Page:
Q&A: Dr. Marisa Gefen discusses breast cancer, preventative measures and importance of mammograms

breast cancer
Dr. Marisa Gefen is based at Oak Street Health’s University City clinic.
Oak Street Health

People worried about developing breast cancer should build a strong relationship with their primary care doctor.

That’s one of the main pieces of advice from Dr. Marisa Gefen, who sees patients two days a week at Oak Street Health’s University City office. The rest of the time, she is overseeing the organization’s clinics in the Philadelphia region and Rhode Island.

Gefen spoke to Metro to answer common questions about breast cancer.

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When it comes to breast cancer, what are the signs? What should people keep an eye out for?

Most of the time, breast cancer is going to be diagnosed on a mammogram. So I think it’s really important that people have a close relationship and an open and honest relationship with their primary care provider.

In terms of what they should look for on themselves, there’s a lot of back and forth around whether self-breast exams are really effective or not. I just kind of tell people to look for anything that is different. Really looking for anything that has changed on their body. Paying attention to any lumps, bumps, pains, and reporting that to their primary care doctor.

You mentioned mammograms. When should women begin getting regular mammograms?

There is a lot of controversy over what the right start age is; however, there’s generally some consensus that women over 50, although some agencies will say over 40. And this is for your average risk person. If you’re high risk, and there’s many things that might make you high risk, including family history, you should speak with your primary about when you should start individually.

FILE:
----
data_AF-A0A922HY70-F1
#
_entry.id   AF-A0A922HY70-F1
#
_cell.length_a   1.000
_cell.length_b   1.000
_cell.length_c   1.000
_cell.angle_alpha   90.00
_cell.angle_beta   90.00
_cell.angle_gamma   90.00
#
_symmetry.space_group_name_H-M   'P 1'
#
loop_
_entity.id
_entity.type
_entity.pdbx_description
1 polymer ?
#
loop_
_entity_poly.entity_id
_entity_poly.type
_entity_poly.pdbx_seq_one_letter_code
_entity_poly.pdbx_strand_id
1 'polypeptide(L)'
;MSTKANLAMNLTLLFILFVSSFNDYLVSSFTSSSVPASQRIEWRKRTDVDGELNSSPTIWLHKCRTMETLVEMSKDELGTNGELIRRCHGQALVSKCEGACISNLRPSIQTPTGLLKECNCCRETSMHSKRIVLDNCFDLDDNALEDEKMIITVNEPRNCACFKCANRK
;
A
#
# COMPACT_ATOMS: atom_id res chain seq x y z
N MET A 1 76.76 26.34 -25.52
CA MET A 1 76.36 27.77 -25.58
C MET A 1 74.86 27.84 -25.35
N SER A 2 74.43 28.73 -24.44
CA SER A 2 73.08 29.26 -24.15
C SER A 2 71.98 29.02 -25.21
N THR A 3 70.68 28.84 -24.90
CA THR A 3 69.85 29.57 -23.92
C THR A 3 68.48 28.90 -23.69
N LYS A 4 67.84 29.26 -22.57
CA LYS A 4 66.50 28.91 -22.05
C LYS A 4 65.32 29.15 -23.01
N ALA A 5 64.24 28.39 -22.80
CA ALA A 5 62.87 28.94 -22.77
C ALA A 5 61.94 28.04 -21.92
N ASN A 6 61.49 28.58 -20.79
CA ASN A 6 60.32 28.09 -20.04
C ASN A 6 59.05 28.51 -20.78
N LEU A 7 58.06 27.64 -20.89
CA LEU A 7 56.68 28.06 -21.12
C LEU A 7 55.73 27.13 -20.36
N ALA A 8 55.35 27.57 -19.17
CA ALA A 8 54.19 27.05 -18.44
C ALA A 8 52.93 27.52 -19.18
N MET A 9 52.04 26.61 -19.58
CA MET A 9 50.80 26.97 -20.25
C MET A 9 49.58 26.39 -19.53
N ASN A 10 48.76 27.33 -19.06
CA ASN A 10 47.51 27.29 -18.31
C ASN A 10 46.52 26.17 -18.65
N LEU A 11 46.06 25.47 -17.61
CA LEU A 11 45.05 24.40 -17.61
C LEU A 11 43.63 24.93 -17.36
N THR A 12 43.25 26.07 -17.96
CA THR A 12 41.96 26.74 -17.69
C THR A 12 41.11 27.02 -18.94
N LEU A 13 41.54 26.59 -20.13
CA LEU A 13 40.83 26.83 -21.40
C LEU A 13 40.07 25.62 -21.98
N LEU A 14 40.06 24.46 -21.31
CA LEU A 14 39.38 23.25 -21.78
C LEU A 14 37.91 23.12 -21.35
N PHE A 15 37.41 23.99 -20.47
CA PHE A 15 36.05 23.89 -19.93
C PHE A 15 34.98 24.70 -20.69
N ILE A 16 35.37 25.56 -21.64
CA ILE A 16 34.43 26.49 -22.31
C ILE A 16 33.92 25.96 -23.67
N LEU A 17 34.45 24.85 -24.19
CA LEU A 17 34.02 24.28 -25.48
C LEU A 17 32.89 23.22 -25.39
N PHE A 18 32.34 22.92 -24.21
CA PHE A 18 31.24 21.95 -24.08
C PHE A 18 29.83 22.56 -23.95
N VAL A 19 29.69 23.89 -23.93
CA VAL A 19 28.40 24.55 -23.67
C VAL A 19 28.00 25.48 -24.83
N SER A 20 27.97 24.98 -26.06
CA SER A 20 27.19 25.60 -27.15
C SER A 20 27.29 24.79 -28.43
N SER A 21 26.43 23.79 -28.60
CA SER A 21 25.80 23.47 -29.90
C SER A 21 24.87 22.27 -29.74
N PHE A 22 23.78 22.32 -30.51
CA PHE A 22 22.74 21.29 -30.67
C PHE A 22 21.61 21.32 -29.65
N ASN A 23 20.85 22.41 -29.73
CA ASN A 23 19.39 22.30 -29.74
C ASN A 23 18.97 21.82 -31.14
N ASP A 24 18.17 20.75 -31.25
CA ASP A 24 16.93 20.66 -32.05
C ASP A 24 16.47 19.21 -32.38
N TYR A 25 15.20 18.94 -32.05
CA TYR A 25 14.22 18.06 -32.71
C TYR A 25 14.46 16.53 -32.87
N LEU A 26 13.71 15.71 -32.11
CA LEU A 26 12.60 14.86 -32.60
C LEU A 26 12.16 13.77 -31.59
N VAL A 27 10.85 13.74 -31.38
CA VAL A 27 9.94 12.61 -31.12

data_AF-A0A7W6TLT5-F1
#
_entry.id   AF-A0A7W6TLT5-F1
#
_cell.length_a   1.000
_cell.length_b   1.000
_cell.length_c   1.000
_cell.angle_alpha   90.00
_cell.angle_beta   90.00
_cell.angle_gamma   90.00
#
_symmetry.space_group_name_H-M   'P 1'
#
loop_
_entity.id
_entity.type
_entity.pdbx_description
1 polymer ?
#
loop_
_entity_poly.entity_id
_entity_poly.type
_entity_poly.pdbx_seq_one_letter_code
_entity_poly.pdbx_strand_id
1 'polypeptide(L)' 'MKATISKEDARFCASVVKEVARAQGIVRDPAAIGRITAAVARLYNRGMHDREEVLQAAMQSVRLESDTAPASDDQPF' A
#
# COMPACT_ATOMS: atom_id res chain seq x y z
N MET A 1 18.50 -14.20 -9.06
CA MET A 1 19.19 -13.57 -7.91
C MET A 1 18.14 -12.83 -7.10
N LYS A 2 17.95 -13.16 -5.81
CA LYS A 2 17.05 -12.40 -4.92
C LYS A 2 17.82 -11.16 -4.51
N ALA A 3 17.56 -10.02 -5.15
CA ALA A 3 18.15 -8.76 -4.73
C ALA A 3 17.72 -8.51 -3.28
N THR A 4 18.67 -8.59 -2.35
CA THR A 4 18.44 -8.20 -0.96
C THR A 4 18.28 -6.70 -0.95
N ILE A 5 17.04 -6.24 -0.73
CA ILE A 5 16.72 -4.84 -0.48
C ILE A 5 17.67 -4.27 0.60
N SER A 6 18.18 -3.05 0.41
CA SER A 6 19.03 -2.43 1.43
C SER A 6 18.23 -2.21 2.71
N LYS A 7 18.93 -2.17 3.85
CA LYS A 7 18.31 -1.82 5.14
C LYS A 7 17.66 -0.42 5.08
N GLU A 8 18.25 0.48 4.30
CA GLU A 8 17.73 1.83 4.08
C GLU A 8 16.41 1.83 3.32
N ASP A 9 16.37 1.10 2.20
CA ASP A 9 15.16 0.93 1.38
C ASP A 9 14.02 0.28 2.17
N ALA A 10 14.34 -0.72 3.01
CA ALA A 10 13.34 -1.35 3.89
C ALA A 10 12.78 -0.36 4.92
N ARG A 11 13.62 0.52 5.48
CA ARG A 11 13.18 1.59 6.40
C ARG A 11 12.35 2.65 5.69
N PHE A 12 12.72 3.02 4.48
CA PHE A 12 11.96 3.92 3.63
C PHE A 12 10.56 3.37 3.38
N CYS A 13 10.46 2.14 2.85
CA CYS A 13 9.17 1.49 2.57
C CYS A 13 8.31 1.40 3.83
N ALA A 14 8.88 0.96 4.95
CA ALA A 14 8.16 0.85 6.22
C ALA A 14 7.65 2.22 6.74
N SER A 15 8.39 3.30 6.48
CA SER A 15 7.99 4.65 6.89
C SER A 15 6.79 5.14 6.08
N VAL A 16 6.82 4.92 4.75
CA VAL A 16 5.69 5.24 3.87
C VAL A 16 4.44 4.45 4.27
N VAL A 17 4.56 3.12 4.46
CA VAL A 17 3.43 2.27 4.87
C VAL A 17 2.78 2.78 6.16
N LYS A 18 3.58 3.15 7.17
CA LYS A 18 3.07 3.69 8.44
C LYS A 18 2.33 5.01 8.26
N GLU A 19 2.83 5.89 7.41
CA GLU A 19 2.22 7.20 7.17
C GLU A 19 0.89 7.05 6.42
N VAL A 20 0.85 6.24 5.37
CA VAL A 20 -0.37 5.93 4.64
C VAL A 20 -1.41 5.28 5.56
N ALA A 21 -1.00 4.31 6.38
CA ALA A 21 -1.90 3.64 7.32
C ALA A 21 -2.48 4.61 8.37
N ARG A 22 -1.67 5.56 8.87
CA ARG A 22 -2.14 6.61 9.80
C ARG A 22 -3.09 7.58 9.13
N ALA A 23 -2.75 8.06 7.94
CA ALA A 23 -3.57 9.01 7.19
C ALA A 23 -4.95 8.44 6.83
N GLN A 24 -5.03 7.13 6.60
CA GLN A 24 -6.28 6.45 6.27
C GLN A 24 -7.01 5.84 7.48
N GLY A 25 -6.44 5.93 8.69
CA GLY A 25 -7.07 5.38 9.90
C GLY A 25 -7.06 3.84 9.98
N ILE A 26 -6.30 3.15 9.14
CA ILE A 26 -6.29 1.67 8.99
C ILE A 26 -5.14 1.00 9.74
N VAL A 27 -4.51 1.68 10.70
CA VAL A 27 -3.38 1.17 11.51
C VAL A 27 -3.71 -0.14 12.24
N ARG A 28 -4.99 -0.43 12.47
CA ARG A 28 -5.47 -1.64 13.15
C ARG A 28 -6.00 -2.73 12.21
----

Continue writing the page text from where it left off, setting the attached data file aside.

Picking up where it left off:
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Are there any ways to lower your risk of developing breast cancer?

Some of the things that will lower risk of breast cancer is decreasing your alcohol intake. We know that alcohol can increase your risk of breast cancer. And if you’ve had breast cancer, it can increase your risk of recurrence.

Other things that can lower your risk are exercise and diet. Breast cancer is fueled by estrogen. When you have a lot of fat cells or adipose cells, you actually make a high amount of estrogen.

What are the most common types of breast cancer?

The most common kind of breast cancer is called hormone receptor-positive breast cancer. That is sensitive to estrogen and progesterone, which are female hormones that are particularly high during the reproductive ages.

Do you encounter any misconceptions among patients related to breast cancer?

That getting a diagnosis of breast cancer is a death sentence, because oftentimes, it is not. Most of the time, it is not. Over the years, we’ve really been able to decrease the amount of treatments that early-stage breast cancer requires.

I think one misconception is that yearly mammograms are better than every other year. Because, in most cases, getting a mammogram every other year is adequate.

Why is that?

I think that it’s mainly because breast cancer is generally pretty slow growing. Only very aggressive breast cancers are going to grow all that significantly year to year and in that case, you would feel it.

I think there’s a lot of false positives with breast cancer screening. Women with dense breasts and younger women are going to have more false positives.

Responses were edited for clarity and brevity.